“It helps them understand what things look like, and may help them transition to books without pictures,” he said. “It will help them later be better readers because they’ve developed that part of the brain that helps them see what is going on in the story.”

Dr. Hutton speculated that the book may also be stimulating creativity in a way that cartoons and other screen-related entertainments may not.

“When we show them a video of a story, do we short circuit that process a little?” he asked. “Are we taking that job away from them? They’re not having to imagine the story; it’s just being fed to them.”

We know that it is important that young children hear language, and that they need to hear it from people, not from screens. Unfortunately, there are serious disparities in how much language children hear — most famously demonstrated in a Kansas study that found poor children heard millions fewer words by age 3.

But it turns out that reading to — and with — young children may amplify the language they hear more than just talking. In August, Psychological Science reported on researchers who studied the language content of picture books. They put together a selection from teacher recommendations, Amazon best sellers, and other books that parents are likely to be reading at bedtime.

In comparing the language in books to the language used by parents talking to their children, the researchers found that the picture books contained more “unique word types.”

“Books contain a more diverse set of words than child-directed speech,” said the lead author, Jessica Montag, an assistant research psychologist at the University of California, Riverside. “This would suggest that children who are being read to by caregivers are hearing vocabulary words that kids who are not being read to are probably not hearing.”

So reading picture books with young children may mean that they hear more words, while at the same time, their brains practice creating the images associated with those words — and with the more complex sentences and rhymes that make up even simple stories.

Studies of Reach Out and Read show that participating parents read more and children’s preschool vocabularies improve when parents read more. But even as someone who is already one of the choir, I am fascinated by the ways that new research is teasing out the complexity and the underlying mechanisms of something which can seem easy, natural and, well, simple. When we bring books and reading into checkups, we help parents interact with their children and help children learn.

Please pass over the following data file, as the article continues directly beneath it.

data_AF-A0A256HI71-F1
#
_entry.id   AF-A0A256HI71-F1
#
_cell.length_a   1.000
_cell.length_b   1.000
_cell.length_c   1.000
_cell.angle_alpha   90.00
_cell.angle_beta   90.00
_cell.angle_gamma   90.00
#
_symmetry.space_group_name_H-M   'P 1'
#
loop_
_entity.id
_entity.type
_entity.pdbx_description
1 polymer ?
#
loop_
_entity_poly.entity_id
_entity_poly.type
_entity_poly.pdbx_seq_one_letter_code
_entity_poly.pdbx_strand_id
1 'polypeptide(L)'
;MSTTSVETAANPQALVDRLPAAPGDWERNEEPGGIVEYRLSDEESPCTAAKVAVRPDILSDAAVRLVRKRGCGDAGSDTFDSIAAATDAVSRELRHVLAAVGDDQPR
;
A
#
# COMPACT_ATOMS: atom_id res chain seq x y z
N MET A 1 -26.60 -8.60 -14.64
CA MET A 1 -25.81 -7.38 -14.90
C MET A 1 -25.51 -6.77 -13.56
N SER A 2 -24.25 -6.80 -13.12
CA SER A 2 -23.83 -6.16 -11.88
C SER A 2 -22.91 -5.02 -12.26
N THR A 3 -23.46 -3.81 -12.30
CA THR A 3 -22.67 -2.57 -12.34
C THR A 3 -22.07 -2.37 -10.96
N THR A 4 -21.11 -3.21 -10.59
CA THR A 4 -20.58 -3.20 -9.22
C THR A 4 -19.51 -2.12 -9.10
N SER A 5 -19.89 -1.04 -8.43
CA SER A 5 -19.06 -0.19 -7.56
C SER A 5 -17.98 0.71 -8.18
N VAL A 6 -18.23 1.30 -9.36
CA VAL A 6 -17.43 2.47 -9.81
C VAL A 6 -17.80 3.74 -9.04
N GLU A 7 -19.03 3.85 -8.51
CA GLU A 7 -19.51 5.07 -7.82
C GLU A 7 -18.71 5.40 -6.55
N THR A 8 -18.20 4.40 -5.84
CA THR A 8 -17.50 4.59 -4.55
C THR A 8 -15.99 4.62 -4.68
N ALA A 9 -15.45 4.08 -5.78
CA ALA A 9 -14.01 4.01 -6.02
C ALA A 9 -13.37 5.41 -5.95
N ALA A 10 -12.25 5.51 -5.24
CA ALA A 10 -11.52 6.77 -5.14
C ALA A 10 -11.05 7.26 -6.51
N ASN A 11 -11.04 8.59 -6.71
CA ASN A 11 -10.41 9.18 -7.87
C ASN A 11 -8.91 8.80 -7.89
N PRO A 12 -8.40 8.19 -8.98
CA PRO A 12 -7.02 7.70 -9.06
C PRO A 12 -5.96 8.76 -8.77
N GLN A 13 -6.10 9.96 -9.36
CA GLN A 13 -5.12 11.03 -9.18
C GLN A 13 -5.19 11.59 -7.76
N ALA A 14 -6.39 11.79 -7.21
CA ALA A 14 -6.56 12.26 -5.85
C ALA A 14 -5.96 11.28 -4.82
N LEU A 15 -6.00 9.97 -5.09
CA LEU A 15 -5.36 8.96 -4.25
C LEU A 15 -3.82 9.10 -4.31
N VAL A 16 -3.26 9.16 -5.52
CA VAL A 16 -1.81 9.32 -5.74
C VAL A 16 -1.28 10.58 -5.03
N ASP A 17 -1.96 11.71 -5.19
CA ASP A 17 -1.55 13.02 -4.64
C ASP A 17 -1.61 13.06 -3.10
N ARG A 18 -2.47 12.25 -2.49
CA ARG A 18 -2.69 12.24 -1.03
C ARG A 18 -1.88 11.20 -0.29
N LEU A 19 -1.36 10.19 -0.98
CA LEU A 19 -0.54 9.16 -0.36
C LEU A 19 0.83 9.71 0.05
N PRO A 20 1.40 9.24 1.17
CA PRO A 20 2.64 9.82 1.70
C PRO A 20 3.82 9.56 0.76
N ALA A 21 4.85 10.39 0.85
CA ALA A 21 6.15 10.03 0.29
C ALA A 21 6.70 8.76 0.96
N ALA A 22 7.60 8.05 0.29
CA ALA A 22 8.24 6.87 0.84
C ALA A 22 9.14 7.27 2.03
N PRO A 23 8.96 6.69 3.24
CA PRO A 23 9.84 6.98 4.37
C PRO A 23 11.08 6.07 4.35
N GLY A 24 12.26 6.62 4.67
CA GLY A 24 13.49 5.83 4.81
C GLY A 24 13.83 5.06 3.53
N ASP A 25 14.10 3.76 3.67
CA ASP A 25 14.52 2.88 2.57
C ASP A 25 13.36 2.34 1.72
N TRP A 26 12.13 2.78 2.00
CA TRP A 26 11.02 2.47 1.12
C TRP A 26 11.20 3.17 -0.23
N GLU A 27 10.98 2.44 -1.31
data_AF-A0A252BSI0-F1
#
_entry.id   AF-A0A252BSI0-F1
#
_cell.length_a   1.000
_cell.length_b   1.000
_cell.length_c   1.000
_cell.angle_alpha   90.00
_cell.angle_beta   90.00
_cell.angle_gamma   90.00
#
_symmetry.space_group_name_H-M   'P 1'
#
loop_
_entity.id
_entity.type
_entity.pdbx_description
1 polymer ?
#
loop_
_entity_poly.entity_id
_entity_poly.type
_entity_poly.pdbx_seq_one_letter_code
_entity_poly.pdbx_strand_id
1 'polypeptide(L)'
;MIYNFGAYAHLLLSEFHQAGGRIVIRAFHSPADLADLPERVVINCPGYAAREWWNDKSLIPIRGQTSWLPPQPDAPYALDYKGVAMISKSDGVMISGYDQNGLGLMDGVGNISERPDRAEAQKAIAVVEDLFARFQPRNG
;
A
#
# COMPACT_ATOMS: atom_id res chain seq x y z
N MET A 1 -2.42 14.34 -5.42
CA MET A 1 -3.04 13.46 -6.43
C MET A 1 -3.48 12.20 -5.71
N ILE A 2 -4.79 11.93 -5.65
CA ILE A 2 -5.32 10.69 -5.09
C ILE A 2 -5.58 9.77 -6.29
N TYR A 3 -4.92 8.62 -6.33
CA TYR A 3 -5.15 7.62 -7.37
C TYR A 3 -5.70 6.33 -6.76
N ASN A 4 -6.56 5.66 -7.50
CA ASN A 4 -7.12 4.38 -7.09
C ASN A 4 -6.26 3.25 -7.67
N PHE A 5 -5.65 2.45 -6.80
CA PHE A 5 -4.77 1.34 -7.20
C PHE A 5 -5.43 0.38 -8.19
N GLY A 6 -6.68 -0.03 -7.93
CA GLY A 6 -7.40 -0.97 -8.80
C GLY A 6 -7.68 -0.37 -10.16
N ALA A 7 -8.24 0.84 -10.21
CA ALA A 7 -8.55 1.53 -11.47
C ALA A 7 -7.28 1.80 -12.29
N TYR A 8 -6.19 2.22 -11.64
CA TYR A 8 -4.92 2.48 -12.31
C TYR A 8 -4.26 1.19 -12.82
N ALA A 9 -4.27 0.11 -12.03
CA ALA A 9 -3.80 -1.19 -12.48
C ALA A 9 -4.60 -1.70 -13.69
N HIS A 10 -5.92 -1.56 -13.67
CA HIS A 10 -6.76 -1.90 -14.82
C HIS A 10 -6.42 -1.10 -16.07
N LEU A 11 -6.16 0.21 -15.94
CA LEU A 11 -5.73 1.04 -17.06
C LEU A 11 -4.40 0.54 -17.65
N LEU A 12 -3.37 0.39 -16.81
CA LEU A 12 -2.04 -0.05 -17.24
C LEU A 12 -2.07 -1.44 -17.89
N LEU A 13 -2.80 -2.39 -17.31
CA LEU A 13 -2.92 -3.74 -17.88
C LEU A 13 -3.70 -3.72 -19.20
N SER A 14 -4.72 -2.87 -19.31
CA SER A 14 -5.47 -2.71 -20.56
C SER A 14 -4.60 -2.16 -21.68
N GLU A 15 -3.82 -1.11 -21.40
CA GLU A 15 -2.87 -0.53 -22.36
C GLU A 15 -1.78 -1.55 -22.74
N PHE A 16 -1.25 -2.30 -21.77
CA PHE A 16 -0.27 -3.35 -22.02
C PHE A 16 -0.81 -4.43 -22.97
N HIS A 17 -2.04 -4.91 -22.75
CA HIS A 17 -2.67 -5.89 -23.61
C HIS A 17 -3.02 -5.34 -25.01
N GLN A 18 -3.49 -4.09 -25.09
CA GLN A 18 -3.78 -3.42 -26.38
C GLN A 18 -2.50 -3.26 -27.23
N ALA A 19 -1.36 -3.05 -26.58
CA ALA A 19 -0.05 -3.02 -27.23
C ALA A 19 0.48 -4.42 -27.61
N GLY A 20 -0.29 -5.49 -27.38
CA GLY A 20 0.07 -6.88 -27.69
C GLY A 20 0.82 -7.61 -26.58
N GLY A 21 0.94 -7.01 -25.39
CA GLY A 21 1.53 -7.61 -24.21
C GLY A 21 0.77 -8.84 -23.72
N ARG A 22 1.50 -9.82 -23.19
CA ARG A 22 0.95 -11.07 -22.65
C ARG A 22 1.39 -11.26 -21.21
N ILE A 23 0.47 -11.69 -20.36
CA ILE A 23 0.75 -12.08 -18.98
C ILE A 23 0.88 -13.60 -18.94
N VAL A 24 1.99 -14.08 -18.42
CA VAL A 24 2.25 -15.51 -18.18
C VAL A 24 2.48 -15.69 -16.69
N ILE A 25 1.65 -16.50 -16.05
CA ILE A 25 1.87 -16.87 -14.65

“I think that we’ve learned that early reading is more than just a nice thing to do with kids,” Dr. Hutton said. “It really does have a very important role to play in building brain networks that will serve children long-term as they transition from verbal to reading.”

And as every parent who has read a bedtime story knows, this is all happening in the context of face-time, of skin-to-skin contact, of the hard-to-quantify but essential mix of security and comfort and ritual. It’s what makes toddlers demand the same story over and over again, and it’s the reason parents tear up (especially those of us with adult children) when we occasionally happen across a long-ago bedtime book.”

How to Talk to Little Girls- Latina Fatale

“I went to a dinner party at a friend’s home last weekend, and met her five-year-old daughter for the first time.

Little Maya was all curly brown hair, doe-like dark eyes, and adorable in her shiny pink nightgown. I wanted to squeal, “Maya, you’re so cute! Look at you! Turn around and model that pretty ruffled gown, you gorgeous thing!”

But I didn’t. I squelched myself. As I always bite my tongue when I meet little girls, restraining myself from my first impulse, which is to tell them how darn cute/ pretty/ beautiful/ well-dressed/ well-manicured/ well-coiffed they are.

What’s wrong with that? It’s our culture’s standard talking-to-little-girls icebreaker, isn’t it? And why not give them a sincere compliment to boost their self-esteem? Because they are so darling I just want to burst when I meet them, honestly.

Hold that thought for just a moment.

This week ABC news reported that nearly half of all three- to six-year-old girls worry about being fat. In my book, Think: Straight Talk for Women to Stay Smart in a Dumbed-Down World, I reveal that fifteen to eighteen percent of girls under twelve now wear mascara, eyeliner and lipstick regularly; eating disorders are up and self-esteem is down; and twenty-five percent of young American women would rather win America’s next top model than the Nobel Peace Prize. Even bright, successful college women say they’d rather be hot than smart. A Miami mom just died from cosmetic surgery, leaving behind two teenagers. This keeps happening, and it breaks my heart.

Teaching girls that their appearance is the first thing you notice tells them that looks are more important than anything. It sets them up for dieting at age 5 and foundation at age 11 and boob jobs at 17 and Botox at 23. As our cultural imperative for girls to be hot 24/7 has become the new normal, American women have become increasingly unhappy. What’s missing? A life of meaning, a life of ideas and reading books and being valued for our thoughts and accomplishments.

That’s why I force myself to talk to little girls as follows.

“Maya,” I said, crouching down at her level, looking into her eyes, “very nice to meet you.”

“Nice to meet you too,” she said, in that trained, polite, talking-to-adults good girl voice.

“Hey, what are you reading?” I asked, a twinkle in my eyes. I love books. I’m nuts for them. I let that show.

Her eyes got bigger, and the practiced, polite facial expression gave way to genuine excitement over this topic. She paused, though, a little shy of me, a stranger.

“I LOVE books,” I said. “Do you?”

Most kids do.

“YES,” she said. “And I can read them all by myself now!”